The Crimson Thread of Abandon is the first collection of short fiction available in English by the prolific Japanese writer and all-around avant-garde trickster Terayama Shūji, who died in 1983 at the age of 47. This collection would be important. . .
Last year, NYRB Classics introduced English-language readers to Catalan writer Josep Pla with Peter Bush’s translation of The Gray Notebook. In that book, Pla wrote about life in Spain during an influenza outbreak soon after World War I, when. . .
“Your bile is stagnant, you see sorrow in everything, you are drenched in melancholy,” my friend the doctor said.
bq. “Isn’t melancholy something from previous centuries? Isn’t some vaccine against it yet, hasn’t medicine taken care of it yet?” I. . .
What to make of Vano and Niko, the English translation of Erlom Akhvlediani’s work of the same name, as well as the two other short books that comprise a sort of trilogy? Quick searches will inform the curious reader that. . .
The opening of Jón Gnarr’s novel/memoir The Indian is a playful bit of extravagant ego, telling the traditional story of creation, where the “Let there be light!” moment is also the moment of his birth on January 2nd, 1967. Then. . .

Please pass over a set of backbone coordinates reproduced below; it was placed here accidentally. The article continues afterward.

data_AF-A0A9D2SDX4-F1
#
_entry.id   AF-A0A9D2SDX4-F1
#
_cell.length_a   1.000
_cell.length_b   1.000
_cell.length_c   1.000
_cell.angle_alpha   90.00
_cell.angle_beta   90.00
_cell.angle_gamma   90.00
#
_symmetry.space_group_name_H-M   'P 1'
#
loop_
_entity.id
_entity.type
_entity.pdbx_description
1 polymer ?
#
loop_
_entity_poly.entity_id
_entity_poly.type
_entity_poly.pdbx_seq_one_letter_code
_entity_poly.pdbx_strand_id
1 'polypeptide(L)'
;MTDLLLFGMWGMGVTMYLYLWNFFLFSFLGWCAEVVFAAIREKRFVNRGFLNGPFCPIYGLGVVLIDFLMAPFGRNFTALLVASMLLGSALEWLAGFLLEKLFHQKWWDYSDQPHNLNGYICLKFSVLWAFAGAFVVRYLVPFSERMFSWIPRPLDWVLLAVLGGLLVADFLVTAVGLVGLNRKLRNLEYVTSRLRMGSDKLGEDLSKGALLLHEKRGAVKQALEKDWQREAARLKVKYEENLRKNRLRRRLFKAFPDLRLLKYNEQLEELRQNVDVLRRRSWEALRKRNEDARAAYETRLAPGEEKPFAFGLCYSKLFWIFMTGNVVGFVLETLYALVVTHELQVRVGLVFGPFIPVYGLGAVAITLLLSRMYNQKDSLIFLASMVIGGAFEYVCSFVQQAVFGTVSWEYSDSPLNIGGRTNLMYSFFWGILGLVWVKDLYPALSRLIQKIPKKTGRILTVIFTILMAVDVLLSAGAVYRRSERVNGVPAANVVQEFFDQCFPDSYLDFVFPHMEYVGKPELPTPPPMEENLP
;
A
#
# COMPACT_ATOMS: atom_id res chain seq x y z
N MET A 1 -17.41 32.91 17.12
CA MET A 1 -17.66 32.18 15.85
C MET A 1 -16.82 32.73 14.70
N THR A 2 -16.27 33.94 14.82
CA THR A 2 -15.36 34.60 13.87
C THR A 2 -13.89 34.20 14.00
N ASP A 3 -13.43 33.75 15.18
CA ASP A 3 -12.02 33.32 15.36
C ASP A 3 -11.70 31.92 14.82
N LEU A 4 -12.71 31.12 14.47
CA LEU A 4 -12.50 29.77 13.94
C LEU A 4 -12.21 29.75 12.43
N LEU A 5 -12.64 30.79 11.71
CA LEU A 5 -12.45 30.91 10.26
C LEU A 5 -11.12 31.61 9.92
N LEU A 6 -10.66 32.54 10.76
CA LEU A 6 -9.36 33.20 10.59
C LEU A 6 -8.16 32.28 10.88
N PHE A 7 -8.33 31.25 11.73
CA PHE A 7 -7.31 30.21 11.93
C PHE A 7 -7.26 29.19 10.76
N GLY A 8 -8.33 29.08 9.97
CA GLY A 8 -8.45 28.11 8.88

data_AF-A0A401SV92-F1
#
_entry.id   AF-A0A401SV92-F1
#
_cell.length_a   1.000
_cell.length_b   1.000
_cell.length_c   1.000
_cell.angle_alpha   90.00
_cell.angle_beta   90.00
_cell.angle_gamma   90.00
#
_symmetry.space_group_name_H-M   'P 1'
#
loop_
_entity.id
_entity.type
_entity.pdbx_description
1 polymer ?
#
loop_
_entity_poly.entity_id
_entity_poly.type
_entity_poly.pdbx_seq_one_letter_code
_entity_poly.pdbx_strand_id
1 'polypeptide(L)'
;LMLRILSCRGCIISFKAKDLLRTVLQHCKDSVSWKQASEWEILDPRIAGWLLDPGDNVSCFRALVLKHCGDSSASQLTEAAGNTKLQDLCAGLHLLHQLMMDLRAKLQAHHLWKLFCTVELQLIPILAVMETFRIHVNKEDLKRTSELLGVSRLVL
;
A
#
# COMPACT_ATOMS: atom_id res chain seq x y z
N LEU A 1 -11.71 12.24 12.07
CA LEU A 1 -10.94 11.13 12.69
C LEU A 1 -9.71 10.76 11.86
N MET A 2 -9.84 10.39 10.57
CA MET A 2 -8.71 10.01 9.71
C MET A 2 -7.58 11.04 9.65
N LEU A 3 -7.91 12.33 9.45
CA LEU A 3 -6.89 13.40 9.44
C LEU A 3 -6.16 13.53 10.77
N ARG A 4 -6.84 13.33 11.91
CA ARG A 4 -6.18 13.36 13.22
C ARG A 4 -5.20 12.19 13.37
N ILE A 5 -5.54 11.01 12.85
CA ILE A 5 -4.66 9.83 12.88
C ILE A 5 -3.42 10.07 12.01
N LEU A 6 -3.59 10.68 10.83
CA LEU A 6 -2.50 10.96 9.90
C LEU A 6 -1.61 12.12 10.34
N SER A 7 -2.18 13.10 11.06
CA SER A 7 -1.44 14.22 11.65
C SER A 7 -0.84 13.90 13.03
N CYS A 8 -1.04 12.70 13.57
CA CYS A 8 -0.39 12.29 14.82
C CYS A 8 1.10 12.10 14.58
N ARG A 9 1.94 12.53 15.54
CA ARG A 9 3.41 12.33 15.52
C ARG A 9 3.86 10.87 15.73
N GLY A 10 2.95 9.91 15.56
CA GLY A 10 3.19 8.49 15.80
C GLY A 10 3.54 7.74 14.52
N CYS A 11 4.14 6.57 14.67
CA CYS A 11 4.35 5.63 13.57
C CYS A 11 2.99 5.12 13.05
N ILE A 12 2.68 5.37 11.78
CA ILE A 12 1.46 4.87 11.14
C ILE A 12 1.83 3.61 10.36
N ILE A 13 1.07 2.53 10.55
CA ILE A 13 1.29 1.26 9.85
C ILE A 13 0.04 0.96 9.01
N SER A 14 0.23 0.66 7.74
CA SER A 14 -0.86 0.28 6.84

Mahasweta Devi is not only one of the most prolific Bengali authors, but she’s also an important activist. In fact, for Devi, the two seem to go together. As you can probably tell from the titles, she writes about women. . .
The prolific Spanish author Benito Pérez Galdós wrote his short novel, Tristana, during the closing years of the nineteenth century, a time when very few options were available to women of limited financial means who did not want a husband.. . .
Pedro Zarraluki’s The History of Silence (trans. Nick Caistor and Lorenza García) begins with the narrator and his wife, Irene, setting out to write a book about silence, itself called The History of Silence: “This is the story of how. . .
There are plenty of reasons you can fail to find the rhythm of a book. Sometimes it’s a matter of discarding initial assumptions or impressions, sometimes of resetting oneself. Zigmunds Skujiņš’s Flesh-Coloured Dominoes was a defining experience in the necessity. . .